Forget all the stories about getting sick on holiday because of the strange food. That sort of thing has never bothered seasoned travellers. In some countries, there is far too much bureaucracy when it comes to environmental health. This in no way suggests that places that are unhygienic should be allowed to serve food to the public but the vast majority of the places that have has problems have had them because of their ingredients not being fresh. That will never ever be a problem in the streets of Hanoi. Street vendors serve locals breakfast on the way to work, lunches to all that require them and plenty of meals later in the day. Their turnover guarantees that everything they use is fresh; it will have been bought that day at the market, and sometimes street vendors will visit the market more than once.
If you want to only eat in restaurants that is your choice but part of the adventure of all holiday in Vietnam is to mix with the locals and their daily lives. A street food tour of Hanoi is something you should seriously consider; your travel operator can include one in your Vietnam travel package during your time in the City. Many people start their travels in Vietnamby flying into Hanoi, picking up their Vietnam visa on arrival travelling if they require one into the City.
You will have a choice about the time of day you want to take a tour. Street food as already mentioned is available so the locals can have breakfast on the way to work. It’s a busy time and maybe you prefer for the crowds to die down before you take to the roads. You can do a tour by motor or scooter as well as merely walking around the Old Quarter, a very popular option.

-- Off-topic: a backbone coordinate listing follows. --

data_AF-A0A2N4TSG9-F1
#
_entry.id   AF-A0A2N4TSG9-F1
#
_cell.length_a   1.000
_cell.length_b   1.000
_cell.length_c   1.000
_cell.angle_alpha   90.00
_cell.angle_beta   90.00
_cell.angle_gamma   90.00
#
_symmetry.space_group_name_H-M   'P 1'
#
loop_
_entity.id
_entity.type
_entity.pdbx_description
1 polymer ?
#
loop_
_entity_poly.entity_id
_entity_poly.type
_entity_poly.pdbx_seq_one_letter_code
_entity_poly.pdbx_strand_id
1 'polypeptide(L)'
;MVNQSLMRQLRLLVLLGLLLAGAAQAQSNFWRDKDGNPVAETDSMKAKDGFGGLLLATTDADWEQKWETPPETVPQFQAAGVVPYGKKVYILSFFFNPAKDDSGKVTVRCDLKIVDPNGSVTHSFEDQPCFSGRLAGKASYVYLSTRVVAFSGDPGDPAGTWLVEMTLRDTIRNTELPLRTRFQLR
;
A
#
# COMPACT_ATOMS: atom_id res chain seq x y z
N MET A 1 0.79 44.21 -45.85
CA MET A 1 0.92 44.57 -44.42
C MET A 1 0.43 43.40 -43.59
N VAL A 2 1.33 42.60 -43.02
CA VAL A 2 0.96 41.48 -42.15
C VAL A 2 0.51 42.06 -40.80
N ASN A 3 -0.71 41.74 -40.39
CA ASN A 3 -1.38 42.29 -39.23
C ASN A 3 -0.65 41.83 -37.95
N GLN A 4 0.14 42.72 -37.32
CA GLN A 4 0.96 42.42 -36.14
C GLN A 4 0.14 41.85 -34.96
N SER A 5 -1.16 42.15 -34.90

You will have a guide who can speak English to explain what each of the dishes is and the cost of all the food will be included in the price you pay locally for a tour, including collection from your hotel and return. Alternatively, if you have requested a tour as part of your overall Vietnam tour package you will already have paid.
There are several dishes that you will have the chance to try. Pho is noddle soup with usually pork added but sometimes other meat or fish. There will be vegetables, perhaps rice pancakes or spring rolls; the choice is yours. The locals eat similar meals at every sitting as opposed to in many western countries when only certain things will be offered for breakfast and dinner will be something completely different.
Eating street food will be something new to all but the seasoned traveller. Go ahead and try it, especially as an introduction to the Country. It will be cheap, full of flavour and nutrition. You will certainly opt to do something similar later in the holiday on days when restaurant meals have not been pre-booked.